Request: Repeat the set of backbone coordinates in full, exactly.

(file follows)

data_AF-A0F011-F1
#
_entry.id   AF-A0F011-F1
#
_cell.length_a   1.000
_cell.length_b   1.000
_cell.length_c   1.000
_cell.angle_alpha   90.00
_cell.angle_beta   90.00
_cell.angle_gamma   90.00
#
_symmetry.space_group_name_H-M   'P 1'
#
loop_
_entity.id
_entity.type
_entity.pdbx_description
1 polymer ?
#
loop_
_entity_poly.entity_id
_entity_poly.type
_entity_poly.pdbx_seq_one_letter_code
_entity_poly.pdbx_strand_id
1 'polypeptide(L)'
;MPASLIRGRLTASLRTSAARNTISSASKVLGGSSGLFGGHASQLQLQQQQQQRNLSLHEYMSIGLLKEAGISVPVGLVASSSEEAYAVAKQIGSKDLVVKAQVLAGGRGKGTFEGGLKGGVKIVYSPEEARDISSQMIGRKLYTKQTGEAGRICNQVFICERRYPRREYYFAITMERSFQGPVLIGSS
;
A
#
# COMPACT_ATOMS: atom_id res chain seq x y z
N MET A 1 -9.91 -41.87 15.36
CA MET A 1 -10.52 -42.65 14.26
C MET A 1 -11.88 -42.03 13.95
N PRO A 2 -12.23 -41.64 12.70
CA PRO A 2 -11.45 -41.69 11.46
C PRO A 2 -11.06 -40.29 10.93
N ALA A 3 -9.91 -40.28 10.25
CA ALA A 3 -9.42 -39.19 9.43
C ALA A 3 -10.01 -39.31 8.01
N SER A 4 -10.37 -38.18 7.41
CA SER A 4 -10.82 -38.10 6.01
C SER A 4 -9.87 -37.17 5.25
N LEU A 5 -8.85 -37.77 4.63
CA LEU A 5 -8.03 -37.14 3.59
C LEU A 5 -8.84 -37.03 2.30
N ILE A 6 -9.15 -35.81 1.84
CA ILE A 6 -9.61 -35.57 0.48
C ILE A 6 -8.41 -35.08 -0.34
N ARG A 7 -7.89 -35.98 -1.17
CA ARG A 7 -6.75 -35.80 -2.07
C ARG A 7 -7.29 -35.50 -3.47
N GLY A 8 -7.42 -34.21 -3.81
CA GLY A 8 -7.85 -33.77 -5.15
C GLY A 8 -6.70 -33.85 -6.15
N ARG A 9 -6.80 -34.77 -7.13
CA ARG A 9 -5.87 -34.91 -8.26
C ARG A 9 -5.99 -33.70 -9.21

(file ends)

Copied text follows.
data_AF-A0F011-F1
#
_entry.id   AF-A0F011-F1
#
_cell.length_a   1.000
_cell.length_b   1.000
_cell.length_c   1.000
_cell.angle_alpha   90.00
_cell.angle_beta   90.00
_cell.angle_gamma   90.00
#
_symmetry.space_group_name_H-M   'P 1'
#
loop_
_entity.id
_entity.type
_entity.pdbx_description
1 polymer ?
#
loop_
_entity_poly.entity_id
_entity_poly.type
_entity_poly.pdbx_seq_one_letter_code
_entity_poly.pdbx_strand_id
1 'polypeptide(L)'
;MPASLIRGRLTASLRTSAARNTISSASKVLGGSSGLFGGHASQLQLQQQQQQRNLSLHEYMSIGLLKEAGISVPVGLVASSSEEAYAVAKQIGSKDLVVKAQVLAGGRGKGTFEGGLKGGVKIVYSPEEARDISSQMIGRKLYTKQTGEAGRICNQVFICERRYPRREYYFAITMERSFQGPVLIGSS
;
A
#
# COMPACT_ATOMS: atom_id res chain seq x y z
N MET A 1 -9.91 -41.87 15.36
CA MET A 1 -10.52 -42.65 14.26
C MET A 1 -11.88 -42.03 13.95
N PRO A 2 -12.23 -41.64 12.70
CA PRO A 2 -11.45 -41.69 11.46
C PRO A 2 -11.06 -40.29 10.93
N ALA A 3 -9.91 -40.28 10.25
CA ALA A 3 -9.42 -39.19 9.43
C ALA A 3 -10.01 -39.31 8.01
N SER A 4 -10.37 -38.18 7.41
CA SER A 4 -10.82 -38.10 6.01
C SER A 4 -9.87 -37.17 5.25
N LEU A 5 -8.85 -37.77 4.63
CA LEU A 5 -8.03 -37.14 3.59
C LEU A 5 -8.84 -37.03 2.30
N ILE A 6 -9.15 -35.81 1.84
CA ILE A 6 -9.61 -35.57 0.48
C ILE A 6 -8.41 -35.08 -0.34
N ARG A 7 -7.89 -35.98 -1.17
CA ARG A 7 -6.75 -35.80 -2.07
C ARG A 7 -7.29 -35.50 -3.47
N GLY A 8 -7.42 -34.21 -3.81
CA GLY A 8 -7.85 -33.77 -5.15
C GLY A 8 -6.70 -33.85 -6.15
N ARG A 9 -6.80 -34.77 -7.13
CA ARG A 9 -5.87 -34.91 -8.26
C ARG A 9 -5.99 -33.70 -9.21